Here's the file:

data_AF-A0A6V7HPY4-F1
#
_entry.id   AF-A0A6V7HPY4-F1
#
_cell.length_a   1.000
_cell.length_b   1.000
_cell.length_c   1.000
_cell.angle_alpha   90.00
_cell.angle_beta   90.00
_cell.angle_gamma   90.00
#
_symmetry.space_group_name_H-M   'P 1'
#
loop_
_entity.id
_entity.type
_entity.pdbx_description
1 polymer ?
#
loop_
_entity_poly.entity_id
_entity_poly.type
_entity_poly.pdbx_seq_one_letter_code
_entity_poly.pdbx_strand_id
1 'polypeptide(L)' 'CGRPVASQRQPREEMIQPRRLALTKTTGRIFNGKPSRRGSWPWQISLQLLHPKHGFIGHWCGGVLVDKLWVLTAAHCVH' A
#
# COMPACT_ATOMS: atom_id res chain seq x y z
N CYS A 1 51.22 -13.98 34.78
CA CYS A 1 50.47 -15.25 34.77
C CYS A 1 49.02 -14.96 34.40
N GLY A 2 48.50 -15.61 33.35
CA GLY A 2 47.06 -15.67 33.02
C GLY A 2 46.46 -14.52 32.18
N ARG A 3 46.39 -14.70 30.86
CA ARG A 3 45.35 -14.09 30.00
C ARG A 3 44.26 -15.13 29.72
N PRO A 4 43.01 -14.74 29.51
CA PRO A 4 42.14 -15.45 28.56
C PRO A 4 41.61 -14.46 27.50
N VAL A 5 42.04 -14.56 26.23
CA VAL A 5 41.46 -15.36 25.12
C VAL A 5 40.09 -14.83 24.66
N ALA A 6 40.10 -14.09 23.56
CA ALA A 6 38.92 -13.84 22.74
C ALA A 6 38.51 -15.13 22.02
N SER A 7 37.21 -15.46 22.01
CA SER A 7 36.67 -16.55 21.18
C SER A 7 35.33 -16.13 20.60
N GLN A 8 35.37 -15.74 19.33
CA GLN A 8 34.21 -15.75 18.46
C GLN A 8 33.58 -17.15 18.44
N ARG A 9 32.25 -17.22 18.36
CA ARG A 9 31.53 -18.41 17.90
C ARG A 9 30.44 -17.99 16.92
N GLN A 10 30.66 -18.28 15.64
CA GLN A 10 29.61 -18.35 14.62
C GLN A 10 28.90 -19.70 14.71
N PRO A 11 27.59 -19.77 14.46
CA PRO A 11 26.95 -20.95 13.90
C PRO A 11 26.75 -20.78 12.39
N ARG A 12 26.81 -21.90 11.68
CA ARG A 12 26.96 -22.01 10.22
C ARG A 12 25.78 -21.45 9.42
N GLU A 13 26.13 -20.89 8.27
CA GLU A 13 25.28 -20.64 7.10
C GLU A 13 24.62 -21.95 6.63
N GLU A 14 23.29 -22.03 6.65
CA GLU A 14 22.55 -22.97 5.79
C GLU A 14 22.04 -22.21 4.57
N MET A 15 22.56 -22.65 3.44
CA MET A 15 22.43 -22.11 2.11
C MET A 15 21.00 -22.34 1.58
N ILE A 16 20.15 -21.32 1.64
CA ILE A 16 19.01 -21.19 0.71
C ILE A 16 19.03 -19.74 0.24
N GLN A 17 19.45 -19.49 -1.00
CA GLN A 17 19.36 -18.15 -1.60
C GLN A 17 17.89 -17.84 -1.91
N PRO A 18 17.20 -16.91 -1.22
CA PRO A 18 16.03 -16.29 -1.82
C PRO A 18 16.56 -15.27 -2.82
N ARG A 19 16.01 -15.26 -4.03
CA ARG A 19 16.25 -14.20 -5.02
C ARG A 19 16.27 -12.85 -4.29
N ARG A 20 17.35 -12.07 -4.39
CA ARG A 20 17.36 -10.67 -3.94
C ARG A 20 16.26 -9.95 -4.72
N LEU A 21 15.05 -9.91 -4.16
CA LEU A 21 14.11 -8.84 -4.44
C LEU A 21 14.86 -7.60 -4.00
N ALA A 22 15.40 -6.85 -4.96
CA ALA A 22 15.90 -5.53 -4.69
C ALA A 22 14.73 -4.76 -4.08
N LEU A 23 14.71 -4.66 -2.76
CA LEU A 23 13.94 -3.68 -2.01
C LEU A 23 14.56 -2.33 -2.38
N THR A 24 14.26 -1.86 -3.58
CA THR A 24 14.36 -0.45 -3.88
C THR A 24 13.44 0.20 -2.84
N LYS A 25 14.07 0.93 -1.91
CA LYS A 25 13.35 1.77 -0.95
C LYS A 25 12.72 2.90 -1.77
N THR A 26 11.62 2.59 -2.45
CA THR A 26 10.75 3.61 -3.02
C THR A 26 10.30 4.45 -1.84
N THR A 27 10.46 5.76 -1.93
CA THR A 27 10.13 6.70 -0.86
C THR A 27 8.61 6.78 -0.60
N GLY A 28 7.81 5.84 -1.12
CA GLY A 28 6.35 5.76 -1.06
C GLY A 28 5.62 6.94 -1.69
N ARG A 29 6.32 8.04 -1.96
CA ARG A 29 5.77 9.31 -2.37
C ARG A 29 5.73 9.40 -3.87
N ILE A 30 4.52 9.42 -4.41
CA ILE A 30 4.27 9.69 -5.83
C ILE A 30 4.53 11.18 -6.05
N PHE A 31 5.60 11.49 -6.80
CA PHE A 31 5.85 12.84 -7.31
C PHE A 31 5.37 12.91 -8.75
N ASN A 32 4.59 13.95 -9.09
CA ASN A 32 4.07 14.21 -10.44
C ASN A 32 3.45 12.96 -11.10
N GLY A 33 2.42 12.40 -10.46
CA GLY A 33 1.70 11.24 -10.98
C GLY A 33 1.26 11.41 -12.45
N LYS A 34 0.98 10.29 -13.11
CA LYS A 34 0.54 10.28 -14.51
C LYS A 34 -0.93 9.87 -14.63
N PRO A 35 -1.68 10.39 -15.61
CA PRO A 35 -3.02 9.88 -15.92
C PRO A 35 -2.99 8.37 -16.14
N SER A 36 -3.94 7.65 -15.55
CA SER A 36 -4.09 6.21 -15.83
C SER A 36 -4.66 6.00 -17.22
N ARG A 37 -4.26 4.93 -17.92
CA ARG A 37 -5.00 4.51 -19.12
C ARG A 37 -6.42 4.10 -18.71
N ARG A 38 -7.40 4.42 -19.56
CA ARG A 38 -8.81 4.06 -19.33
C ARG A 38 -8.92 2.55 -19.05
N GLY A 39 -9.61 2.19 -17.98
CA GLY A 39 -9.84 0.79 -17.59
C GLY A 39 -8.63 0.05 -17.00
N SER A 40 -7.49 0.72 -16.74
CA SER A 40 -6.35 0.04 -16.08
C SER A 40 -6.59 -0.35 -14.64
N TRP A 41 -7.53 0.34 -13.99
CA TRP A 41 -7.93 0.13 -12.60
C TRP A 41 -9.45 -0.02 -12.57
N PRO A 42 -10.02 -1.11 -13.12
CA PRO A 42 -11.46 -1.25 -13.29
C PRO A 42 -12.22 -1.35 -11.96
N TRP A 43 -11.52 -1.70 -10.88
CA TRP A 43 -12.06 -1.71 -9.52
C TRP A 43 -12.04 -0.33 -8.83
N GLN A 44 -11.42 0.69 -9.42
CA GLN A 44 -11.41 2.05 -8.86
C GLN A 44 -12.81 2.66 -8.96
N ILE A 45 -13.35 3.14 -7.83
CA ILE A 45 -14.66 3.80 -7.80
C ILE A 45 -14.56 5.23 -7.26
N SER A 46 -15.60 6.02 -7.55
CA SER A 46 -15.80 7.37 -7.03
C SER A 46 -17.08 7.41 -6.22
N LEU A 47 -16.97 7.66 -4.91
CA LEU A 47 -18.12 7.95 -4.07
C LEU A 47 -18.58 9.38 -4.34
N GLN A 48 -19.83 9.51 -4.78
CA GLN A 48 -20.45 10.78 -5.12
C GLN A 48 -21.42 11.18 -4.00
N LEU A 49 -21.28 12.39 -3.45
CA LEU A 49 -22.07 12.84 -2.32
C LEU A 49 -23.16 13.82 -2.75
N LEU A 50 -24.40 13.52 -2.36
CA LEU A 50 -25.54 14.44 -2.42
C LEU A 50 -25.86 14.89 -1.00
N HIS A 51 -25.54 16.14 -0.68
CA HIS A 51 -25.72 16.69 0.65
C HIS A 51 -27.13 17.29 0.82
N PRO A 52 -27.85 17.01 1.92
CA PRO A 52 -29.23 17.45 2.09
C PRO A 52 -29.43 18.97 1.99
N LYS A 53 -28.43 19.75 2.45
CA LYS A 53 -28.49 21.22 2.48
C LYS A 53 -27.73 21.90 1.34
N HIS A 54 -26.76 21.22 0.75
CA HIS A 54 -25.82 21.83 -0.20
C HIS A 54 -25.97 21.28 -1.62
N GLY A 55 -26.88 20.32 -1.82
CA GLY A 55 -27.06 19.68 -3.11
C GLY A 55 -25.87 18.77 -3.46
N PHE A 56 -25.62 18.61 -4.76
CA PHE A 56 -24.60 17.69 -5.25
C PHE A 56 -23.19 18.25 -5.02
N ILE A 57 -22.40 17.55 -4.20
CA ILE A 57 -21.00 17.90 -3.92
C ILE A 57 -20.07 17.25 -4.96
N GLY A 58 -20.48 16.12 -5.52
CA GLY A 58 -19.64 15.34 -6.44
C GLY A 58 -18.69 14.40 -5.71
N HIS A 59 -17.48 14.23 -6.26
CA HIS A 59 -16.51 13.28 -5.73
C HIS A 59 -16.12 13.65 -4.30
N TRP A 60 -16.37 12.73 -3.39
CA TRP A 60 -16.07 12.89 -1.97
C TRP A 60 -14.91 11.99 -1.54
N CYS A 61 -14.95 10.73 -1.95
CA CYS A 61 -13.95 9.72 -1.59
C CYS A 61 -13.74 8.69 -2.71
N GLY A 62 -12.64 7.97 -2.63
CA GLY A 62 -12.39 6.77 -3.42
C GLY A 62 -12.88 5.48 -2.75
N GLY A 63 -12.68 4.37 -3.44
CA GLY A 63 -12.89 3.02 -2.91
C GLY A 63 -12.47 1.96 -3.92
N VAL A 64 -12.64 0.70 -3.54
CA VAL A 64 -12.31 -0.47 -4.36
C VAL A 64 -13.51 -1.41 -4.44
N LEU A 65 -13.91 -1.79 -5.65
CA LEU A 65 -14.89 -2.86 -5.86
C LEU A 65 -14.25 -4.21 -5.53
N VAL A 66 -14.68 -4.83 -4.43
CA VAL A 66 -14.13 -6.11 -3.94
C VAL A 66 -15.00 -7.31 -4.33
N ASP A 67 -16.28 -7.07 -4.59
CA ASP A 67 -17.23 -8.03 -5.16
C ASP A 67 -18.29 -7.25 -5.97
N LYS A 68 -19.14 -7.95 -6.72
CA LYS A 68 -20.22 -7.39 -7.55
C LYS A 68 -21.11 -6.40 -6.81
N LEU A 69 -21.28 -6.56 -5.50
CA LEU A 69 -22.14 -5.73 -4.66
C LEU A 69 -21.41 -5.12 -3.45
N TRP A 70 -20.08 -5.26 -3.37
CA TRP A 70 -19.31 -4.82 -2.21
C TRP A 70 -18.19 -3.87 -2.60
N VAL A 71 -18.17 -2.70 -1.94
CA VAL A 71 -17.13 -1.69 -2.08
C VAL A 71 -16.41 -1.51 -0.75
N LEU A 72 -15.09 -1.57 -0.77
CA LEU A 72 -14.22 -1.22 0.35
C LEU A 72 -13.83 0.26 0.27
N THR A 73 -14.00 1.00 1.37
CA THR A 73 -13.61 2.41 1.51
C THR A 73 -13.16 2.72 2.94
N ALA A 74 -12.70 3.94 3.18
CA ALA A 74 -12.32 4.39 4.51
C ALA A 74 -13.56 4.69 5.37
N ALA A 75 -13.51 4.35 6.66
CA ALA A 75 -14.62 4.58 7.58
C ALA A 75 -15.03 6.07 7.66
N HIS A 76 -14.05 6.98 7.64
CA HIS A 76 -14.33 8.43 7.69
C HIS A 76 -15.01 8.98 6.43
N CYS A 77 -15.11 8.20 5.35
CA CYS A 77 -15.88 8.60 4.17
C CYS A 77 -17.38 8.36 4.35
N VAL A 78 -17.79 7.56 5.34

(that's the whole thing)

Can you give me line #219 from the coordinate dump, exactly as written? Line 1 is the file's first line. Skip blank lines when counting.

C VAL A 64 -13.51 -1.41 -4.44